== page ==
As I was writing about my body as something that performs (rather than appears), I couldn't help but think about a lot of the things that I used to be able to do and can't really do now. I have written about this before somewhat, but I want to spend a little more time on it.
My grade school had an after-school sports program. We did things like basketball and soccer, but also dodgeball and playing with a giant parachute. Often they were things that we did in PE, but instead of your class, there were different grades represented and it was voluntary. I loved it. I had to be really sick to miss it. For a while I was also the only girl playing basketball at recess. I didn't think of myself as someone who loved sports, but the evidence was there.
I never tried out for school sports teams. There were concerns about time and money, but I was also sure that I could never be on a team that had tryouts. I did do church sports teams: volleyball, basketball, and softball.
I did not consider myself to be particularly good at any of them. If I could successfully serve the ball over the net when it was my turn in the rotation, that was good enough. Mainly, I was just used to thinking of myself as clumsy and not athletic.
The problem with that (like with so much of my self-perception growing up) is that it was not accurate.
No, I was not great at any of it, but I did sometimes make shots, or return a volley. Beyond that, there is some achievement in playing a game of full-court basketball, running up and down the court over and over again (especially if no one is great at shooting or rebounding).
One of the stories in Beauty Sick was about a woman who as a child was both fat and athletic. She would do great at various sports, but would still always be picked last when the time came to pick teams again.
I remember being picked last, but I can't remember if I was actually the worst athlete. I assumed I was; I was fat and obviously everyone else seemed to think so, but now I question it. Yes, I could not do the flexed arm hang or climb the rope, and I was horrible at lap running, but I was above average in all of the other Presidential Fitness tests.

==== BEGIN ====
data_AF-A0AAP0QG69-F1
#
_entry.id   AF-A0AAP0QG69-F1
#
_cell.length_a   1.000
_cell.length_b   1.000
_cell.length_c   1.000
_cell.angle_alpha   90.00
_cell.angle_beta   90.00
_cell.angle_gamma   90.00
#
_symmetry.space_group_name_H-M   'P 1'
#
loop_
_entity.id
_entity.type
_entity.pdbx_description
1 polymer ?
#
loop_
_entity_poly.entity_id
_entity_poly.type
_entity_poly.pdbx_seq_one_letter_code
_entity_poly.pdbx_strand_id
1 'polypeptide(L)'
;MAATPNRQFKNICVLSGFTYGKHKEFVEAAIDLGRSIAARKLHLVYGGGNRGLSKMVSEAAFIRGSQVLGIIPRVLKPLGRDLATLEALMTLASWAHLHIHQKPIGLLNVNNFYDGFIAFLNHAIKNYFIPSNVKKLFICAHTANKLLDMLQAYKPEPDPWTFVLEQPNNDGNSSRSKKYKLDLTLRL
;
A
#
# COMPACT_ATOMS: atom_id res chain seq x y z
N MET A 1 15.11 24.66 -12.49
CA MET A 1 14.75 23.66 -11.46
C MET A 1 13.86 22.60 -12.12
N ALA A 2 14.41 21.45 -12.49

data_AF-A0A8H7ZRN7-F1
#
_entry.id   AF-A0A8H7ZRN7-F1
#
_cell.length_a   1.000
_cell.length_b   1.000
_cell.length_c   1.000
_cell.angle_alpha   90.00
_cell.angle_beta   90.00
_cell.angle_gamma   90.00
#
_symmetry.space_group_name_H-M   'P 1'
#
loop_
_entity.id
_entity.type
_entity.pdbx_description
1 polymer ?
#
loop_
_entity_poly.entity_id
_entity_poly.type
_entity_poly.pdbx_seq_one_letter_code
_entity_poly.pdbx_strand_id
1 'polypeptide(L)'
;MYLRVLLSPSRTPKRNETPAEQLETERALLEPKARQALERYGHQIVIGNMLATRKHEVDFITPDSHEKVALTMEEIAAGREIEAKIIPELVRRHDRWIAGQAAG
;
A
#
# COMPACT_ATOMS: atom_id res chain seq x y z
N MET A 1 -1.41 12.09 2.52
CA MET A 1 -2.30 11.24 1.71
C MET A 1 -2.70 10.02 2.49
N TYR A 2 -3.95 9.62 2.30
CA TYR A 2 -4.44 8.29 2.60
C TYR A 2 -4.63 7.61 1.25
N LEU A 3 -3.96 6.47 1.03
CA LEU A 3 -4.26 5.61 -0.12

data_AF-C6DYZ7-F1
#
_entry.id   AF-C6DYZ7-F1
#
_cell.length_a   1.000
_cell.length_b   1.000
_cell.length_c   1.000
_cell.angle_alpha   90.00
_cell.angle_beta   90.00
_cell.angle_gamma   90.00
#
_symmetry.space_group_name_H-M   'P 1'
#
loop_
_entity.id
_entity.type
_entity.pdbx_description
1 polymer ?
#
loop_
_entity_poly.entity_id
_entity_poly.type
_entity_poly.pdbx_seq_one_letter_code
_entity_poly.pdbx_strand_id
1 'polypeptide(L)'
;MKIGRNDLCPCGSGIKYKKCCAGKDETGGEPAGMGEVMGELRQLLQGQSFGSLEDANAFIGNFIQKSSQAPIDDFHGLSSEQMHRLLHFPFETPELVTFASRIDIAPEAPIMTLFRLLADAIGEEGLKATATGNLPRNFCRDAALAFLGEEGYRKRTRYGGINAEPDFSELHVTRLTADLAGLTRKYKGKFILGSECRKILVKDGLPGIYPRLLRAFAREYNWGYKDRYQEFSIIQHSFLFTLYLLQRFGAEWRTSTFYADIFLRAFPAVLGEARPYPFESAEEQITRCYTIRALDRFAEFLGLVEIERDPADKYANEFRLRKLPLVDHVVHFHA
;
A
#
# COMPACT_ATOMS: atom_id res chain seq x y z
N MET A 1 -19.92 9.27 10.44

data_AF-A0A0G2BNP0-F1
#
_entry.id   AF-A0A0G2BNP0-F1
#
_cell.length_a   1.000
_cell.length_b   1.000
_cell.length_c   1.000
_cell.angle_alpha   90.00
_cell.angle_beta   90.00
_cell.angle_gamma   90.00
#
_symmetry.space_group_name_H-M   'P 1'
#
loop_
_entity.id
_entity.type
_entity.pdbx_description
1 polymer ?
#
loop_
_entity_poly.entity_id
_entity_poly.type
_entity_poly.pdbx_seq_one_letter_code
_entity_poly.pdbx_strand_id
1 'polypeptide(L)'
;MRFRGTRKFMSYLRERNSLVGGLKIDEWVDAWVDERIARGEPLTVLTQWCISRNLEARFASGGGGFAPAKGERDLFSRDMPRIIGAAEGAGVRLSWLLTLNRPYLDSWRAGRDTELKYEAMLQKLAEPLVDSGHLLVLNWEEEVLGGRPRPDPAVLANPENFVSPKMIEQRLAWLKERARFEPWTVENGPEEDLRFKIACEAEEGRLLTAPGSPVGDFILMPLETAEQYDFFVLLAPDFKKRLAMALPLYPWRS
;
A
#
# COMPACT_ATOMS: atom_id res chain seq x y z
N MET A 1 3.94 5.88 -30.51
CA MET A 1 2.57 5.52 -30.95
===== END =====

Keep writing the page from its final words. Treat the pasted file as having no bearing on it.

I have said before that there was a sense of the inevitable; you either were a good athlete or you weren't. Also, if you were a good athlete you looked like it. That is so wrong, and so unhelpful.
They might have told us that practice would help, though I don't really remember that. Practice isn't enough if you are doing it wrong, and no one ever talked about form. I have to wonder how much of that is that they didn't know anything.
This matters, and not just because all bodies are different, with capabilities that cannot be determined merely by the shape of the body. If you are teaching elementary and junior high kids, their bodies are changing all the time. I have heard of breast development throwing off girls with pitching and things like that, but there are women who have breasts and play sports. It must be possible to adjust. Shouldn't there be tips available?
I feel this loss, because when my mental picture was always that I was fat and clumsy, I didn't appreciate that I would go for a 5-mile bike ride for fun, or that I went roller skating every week. The roller skating couldn't have meant I was athletic because I never skated backwards or shot the duck - all I did was skate around for a couple of hours without falling.
I was a better dancer once too, but I never gave myself any credit for that. Someone even told me that this thing I did with my shoulder during one tango was just the epitome of grace. I had no idea what she meant.
These are frustrating things, because I don't know that I can get them back. It's not just being older - Skateworld is gone, and I no longer own a bike, and also my time is not really my own right now.
Despite that, part of appreciating my body now - and holding onto that strength and fitness that I do have - is recognition. It is necessary to see when I am doing something well or ably, or at least for a sustained period of exertion where I am sweaty and tired but still moving. It is important to acknowledge what is right with my body.
There are reasons that is harder than it should be, and that's where I intend to pick up Monday.